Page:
Like other competitors, ADATA also has their own proprietary software named SSD Toolbox and Migration Utility. These included utilities (download at the website, link below in that section) allow one to monitor and manage their ADATA SSDs, including a data migration application (Acronis True Image HD) to help one easily and quickly back up data and migrate their OS to the new SSD. I personally use Acronis for all my back up, cloning, and migration needs.
Last up is their RAID engine and data shaping to ensure the Ultimate SU800’s data integrity and extends SSD life for “better, longer-lasting stability and more value for your money.”
Pictured below is the retail packaging for the ADATA Ultimate SU800 512GB SSD. The packaging has an almost chrome/gunmetal color and look to it as you can see the rainbow reflection from the sun the day I took the pictures. It stands on out on store shelves. The packaging has the ADATA name in the upper left with its trademark rainbow colored bird along with the name and capacity on the bottom. The back of the package shows features and specifications.
Inside the box the SSD itself sits in form fitting plastic holding it securely in place. The drive comes with a quick start guide as well as a bracket for mounting it in your case.
The drive itself is of the 2.5″, 7 mm variety so it will easily fit in most laptops. You can see in the last picture the SATA 6 Gbps data connection and power.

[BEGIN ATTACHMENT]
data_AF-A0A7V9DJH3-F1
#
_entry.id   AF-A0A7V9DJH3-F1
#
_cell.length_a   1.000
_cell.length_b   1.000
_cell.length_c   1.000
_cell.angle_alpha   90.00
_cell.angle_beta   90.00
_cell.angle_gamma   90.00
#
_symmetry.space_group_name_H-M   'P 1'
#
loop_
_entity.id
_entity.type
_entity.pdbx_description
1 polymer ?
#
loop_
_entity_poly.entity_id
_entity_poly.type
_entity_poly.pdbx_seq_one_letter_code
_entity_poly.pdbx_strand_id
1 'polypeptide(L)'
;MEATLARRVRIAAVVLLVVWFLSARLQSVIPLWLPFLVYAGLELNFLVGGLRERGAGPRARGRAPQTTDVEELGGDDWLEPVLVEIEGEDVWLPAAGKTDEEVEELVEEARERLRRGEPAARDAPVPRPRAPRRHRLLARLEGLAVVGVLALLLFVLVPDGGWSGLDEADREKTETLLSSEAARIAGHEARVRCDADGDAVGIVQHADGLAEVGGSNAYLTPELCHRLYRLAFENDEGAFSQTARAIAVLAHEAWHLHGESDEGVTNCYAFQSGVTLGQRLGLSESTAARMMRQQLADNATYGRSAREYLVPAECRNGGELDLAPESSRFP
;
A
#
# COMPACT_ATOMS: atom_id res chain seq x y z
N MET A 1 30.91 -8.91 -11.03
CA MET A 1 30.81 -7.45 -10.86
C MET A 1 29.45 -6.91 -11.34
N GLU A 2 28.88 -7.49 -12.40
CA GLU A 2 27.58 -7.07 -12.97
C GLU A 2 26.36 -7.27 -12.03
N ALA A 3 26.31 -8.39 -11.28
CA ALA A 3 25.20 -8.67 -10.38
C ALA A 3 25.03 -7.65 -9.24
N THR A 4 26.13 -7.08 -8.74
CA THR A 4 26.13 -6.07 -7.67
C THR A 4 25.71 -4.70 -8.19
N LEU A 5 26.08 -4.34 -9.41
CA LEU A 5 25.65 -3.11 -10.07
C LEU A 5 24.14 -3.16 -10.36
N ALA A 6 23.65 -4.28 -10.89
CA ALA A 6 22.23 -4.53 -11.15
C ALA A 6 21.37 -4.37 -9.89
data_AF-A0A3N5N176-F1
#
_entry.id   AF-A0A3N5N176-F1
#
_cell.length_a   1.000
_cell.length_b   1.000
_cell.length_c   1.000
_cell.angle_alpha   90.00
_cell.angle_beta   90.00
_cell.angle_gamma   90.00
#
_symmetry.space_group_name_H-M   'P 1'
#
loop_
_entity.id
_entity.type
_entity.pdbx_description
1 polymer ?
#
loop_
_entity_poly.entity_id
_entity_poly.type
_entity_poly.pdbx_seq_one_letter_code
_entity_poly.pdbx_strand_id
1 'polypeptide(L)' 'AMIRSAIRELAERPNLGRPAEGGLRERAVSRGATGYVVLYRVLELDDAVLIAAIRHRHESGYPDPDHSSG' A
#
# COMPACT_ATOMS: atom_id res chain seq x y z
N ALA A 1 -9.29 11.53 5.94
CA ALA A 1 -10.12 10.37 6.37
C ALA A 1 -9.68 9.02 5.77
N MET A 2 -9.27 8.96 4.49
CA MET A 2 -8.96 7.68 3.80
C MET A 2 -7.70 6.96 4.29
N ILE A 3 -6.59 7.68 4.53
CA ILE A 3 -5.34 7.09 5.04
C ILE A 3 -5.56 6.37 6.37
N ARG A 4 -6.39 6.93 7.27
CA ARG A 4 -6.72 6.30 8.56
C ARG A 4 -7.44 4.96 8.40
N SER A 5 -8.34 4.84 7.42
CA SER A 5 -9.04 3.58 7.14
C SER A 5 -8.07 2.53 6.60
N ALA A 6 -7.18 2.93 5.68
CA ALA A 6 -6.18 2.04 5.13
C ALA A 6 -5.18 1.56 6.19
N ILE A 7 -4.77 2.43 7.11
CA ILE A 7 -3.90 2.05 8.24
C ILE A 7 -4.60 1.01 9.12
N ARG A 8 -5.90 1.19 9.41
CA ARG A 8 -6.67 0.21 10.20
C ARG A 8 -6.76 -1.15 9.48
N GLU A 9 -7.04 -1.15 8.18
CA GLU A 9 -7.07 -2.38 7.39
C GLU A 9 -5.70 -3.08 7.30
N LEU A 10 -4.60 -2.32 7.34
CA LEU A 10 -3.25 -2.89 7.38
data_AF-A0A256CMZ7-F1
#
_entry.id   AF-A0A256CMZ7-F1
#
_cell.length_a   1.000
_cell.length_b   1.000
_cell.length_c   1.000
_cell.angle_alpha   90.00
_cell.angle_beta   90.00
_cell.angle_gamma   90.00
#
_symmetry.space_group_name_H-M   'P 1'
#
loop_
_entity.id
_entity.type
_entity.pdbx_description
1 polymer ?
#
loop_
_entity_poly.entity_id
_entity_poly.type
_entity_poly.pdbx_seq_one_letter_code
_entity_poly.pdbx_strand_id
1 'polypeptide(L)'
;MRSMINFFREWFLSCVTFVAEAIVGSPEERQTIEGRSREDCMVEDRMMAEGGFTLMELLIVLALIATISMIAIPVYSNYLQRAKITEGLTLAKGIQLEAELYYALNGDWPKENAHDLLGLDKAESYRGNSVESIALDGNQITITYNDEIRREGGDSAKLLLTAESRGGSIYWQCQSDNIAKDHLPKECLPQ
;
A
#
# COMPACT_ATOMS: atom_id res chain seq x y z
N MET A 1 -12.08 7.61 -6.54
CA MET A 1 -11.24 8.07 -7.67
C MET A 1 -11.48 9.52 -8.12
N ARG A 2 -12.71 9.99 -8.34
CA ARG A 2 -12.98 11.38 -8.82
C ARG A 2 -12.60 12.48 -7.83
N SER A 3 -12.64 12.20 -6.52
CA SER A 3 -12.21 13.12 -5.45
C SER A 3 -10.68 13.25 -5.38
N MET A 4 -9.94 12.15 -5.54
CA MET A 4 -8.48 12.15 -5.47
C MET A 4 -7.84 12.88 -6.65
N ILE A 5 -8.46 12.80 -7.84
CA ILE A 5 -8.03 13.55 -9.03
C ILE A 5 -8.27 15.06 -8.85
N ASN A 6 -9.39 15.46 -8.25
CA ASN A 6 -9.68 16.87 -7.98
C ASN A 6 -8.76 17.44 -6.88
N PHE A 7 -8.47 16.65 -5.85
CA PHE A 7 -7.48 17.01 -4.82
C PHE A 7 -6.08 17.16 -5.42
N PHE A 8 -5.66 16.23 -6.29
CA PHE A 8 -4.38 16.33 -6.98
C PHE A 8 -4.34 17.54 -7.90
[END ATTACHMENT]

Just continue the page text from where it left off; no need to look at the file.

A Closer Look
After taking apart the drive (I have to mention, I really manhandled the thing to get it apart – warranty gone!) to expose the innards, we are greeted by a 3/4 length PCB inside the case. The top has Micron branded 3D NAND flash, while flipping it over exposes the SMI controller and additional NAND. Notice the PCB has space to add more?
ADATA’s SSD Toolbox software is a comprehensive monitoring and managing tool for your Ultimate SU800. I have to imagine it works on other ADATA drives as well (do not have any to test). But it covers everything from drive information, diagnostics for checking the status of the drive, utilities for secure erasing the drive, updating firmware or the SSD Toolbox software, and even exporting logs for more advanced troubleshooting.
I didn’t have any issues with the software as it was easy to use, and things felt like they were in logical places. A welcome addition.
Test System and Methods
Below is a list of the current test system and related components. Also listed are the applications used in this review.
|Test System Components|
|Motherboard||ASUS ROG Maximus VIII Extreme|
|CPU||Intel i7 6700K @ Stock (4.2 GHz)|
|Memory||GSkill Trident Z DDR4 3200 MHz CL 15 @ 3000 MHz 15-15-15-35|
|SSD||ADATA Ultimate SU800|
|Power Supply||Seasonic 1000P|
|Video Card||AMD R7 260|
Each SSD is Secure Erased (SE) using the OCZ SSD Guru utility to make sure we get the best results possible. We do this before each and every test run to give the comparison samples the best environment possible for testing. Below are the tests we run with a brief description.
- Crystal Disk Mark – Run at Default Settings (5 Pass)
- AS SSD – Run at Default Settings
- ATTO – Run at Default Settings except QD Set to 10
- Anvil Storage Utility